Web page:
However, the above mentioned conventional clock signal distribution circuits according to these methods have the following drawbacks.

Specifically, it is, in principle, impossible for the large driver packaged driving method to realize zero skew because there is a difference in distance from a driver to each register. On the other hand, it is theoretically possible for the tree structure driving method to realize zero skew by making a design in such a way that a buffer load of each stage is perfectly equalized. However, in effect, it is difficult for this method to realize zero skew because of changes in parasitic components of a clock signal line and changes in a buffer driving capability due to various restrictions on a clock signal wiring design (such as an area and a design period) and process variations. In the case of the reduction of skew by damping or canceling the generated skews by means of short-circuiting of buffer output terminals at the final stage of a distribution circuit in the tree structure driving method, the larger the skew caused before the final stage, the smaller the skew damping effect becomes, because of parasitic components of a short-circuit wire. In addition, when a large skew ranging to a half cycle of a clock signal is caused, a signal waveform is destroyed. Therefore, it is difficult to realize the reduction of skew which becomes more important when a clock frequency is increased.

The development of a microminiaturization technique and the extension of the length of a clock signal wire result in increased wire resistance, and this in turn deteriorates the sharpness of the rise and fall characteristics that are needed for distributing a high frequency clock signal. The maximum waveform sharpness effect will be reached even if a driving capability is increased by enlarging the size of a single inverter which acts as a buffer of the tree structure. Moreover, an increase in wire resistance as a result of microminiaturization results in the maximum waveform sharpness effect being reached earlier. Even when a driving capability is increased by the reduction of a load at each buffer stage which is achieved by reducing the number of branches in the tree structure, the number of buffers constituting the tree structure is increased. The buffers are arranged with allowance for equalization of loads, and hence the design of the clock signal distribution circuit becomes very complex. Also, it becomes more difficult to attain the equalization of loads.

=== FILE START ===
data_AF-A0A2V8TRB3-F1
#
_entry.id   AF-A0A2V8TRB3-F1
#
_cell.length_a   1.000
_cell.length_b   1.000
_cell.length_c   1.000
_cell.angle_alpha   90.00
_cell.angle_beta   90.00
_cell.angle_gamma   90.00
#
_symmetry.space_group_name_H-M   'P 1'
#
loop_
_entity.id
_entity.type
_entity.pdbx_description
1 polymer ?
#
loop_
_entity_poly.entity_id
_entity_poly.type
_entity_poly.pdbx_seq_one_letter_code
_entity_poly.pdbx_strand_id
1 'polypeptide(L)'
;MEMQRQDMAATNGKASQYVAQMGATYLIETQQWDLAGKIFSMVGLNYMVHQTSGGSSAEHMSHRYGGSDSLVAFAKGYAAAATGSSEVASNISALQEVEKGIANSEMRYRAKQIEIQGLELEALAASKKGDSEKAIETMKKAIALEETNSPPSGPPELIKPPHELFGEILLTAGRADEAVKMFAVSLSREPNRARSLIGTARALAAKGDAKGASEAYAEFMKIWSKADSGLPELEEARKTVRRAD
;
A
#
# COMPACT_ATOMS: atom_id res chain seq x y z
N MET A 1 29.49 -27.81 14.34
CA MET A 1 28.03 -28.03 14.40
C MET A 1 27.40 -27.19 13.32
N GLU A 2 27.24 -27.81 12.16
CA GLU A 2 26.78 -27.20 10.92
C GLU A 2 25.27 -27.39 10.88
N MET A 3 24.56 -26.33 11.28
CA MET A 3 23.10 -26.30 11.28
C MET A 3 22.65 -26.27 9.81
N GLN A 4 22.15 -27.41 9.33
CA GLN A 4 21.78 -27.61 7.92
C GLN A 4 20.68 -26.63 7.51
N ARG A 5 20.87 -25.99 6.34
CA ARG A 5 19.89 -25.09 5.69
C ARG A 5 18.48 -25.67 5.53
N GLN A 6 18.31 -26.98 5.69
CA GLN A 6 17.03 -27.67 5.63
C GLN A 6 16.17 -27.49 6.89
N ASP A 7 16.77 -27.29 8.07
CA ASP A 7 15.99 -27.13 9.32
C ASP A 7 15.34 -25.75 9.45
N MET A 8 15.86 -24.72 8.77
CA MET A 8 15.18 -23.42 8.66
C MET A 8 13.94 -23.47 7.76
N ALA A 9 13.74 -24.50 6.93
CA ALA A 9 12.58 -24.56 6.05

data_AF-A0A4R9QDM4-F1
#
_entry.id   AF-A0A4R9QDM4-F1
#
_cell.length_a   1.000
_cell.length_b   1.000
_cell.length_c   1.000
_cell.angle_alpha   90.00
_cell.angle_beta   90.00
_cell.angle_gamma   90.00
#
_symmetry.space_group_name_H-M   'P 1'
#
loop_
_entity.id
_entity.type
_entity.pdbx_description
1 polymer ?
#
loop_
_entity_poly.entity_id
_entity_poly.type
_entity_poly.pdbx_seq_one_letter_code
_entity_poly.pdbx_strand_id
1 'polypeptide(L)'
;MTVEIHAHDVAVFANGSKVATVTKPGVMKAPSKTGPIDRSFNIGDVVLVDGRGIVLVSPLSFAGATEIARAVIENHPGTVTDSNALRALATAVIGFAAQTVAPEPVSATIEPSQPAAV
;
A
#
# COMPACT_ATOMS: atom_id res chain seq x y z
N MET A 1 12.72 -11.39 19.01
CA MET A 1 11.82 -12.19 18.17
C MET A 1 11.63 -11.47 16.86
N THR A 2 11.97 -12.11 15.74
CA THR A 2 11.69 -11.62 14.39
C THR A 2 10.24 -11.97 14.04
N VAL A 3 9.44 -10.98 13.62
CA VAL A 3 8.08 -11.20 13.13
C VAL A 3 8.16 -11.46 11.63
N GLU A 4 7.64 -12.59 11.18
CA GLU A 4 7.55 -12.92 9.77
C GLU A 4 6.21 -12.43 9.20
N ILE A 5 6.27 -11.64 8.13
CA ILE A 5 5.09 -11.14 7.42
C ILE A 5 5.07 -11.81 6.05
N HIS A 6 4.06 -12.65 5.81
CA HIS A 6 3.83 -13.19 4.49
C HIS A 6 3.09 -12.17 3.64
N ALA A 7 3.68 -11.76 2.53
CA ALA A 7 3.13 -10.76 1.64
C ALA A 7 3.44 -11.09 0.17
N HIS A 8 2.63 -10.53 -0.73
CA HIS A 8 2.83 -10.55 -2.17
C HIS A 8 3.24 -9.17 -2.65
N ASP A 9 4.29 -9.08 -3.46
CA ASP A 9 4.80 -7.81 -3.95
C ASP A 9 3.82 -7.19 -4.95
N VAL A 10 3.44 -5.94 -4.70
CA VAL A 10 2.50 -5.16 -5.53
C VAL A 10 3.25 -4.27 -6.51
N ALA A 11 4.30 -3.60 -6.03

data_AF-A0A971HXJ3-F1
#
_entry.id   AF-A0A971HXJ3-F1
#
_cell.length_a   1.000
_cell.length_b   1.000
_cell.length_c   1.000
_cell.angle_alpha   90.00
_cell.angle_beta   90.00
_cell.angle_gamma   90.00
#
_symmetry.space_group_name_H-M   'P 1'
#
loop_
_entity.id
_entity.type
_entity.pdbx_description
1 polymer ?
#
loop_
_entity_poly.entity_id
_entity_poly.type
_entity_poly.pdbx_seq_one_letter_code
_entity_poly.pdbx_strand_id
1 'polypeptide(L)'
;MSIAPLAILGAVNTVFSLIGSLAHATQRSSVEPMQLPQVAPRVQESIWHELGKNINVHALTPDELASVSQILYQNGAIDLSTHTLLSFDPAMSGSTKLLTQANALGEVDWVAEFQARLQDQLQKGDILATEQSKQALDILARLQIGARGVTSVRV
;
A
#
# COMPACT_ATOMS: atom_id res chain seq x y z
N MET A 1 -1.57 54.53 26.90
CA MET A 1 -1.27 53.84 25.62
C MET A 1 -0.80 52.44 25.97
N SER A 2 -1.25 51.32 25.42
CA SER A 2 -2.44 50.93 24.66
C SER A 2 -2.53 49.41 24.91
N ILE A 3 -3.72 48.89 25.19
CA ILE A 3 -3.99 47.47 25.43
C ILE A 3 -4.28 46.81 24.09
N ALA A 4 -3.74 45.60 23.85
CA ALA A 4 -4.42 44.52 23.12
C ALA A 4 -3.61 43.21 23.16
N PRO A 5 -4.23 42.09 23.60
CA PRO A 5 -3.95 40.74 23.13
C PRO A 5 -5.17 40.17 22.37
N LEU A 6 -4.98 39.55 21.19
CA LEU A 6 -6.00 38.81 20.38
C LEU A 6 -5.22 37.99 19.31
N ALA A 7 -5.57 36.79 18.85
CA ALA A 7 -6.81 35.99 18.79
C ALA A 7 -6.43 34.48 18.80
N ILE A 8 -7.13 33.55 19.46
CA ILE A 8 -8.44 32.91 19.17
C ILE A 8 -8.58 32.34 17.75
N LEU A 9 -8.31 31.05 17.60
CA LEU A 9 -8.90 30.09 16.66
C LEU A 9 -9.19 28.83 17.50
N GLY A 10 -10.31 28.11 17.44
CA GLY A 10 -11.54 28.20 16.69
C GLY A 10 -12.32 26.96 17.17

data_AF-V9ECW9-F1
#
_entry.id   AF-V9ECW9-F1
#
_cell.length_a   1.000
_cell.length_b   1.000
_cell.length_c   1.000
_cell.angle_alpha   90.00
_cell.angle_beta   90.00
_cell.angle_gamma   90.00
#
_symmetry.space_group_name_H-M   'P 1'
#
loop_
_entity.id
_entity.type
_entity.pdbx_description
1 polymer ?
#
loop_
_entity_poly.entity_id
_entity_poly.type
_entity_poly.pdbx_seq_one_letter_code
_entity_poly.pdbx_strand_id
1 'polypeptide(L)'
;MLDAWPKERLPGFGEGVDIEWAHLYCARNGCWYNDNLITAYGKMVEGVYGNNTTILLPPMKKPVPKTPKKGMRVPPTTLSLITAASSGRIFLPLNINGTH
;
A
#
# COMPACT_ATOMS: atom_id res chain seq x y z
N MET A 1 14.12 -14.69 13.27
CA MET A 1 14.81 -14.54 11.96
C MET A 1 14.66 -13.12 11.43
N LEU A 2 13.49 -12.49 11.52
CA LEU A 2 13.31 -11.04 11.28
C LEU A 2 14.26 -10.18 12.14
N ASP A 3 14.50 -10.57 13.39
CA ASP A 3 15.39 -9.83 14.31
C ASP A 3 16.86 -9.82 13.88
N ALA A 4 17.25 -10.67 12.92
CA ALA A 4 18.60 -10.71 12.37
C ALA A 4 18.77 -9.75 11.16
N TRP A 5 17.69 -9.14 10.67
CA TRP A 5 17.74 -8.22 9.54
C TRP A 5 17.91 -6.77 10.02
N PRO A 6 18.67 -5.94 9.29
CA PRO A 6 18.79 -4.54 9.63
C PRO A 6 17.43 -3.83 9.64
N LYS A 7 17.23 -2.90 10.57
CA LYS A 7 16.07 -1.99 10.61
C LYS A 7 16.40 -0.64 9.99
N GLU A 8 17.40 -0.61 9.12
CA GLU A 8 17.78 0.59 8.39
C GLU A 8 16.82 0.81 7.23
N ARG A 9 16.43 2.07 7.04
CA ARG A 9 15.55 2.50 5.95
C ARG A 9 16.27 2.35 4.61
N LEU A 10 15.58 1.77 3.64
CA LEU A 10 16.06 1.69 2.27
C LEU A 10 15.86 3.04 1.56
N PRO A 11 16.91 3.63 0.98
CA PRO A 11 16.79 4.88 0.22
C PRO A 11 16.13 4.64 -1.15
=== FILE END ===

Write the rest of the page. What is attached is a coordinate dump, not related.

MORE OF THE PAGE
SUMMARY OF THE INVENTION

In view of the foregoing observations, the primary object of the present invention is to provide a high frequency clock signal distribution circuit in which clock skew is efficiently reduced.

Another object of the present invention is to provide a high frequency clock signal distribution circuit having a large driving capability.

According to one aspect of the invention, there is provided a clock signal distribution circuit of a tree structure, the distribution circuit comprising:

a plurality of buffers arranged in a plurality of hierarchical stages; and

short-circuit wirings for short-circuiting output terminals of the buffers at each stage of the plurality of hierarchical stages.

In this invention, output terminals on the same hierarchical level are mutually short-circuited on several levels at each buffer stage, or at intervals of several buffer stages, constituting the tree structure on several levels. It is possible to reduce a phase difference (skew) between two signals by short-circuiting the two signals. The smaller the original skew is, the larger this reducing effect is. Skew caused at each stage or at several stages is sufficiently small, and hence the skew thus caused can be effectively reduced every time short-circuiting occurs.

According to another aspect of the invention, there is provided a clock signal distribution circuit of a tree structure having a plurality of buffers arranged in a plurality of hierarchical stages, each of the plurality of buffers comprising:

an input stage inverter; and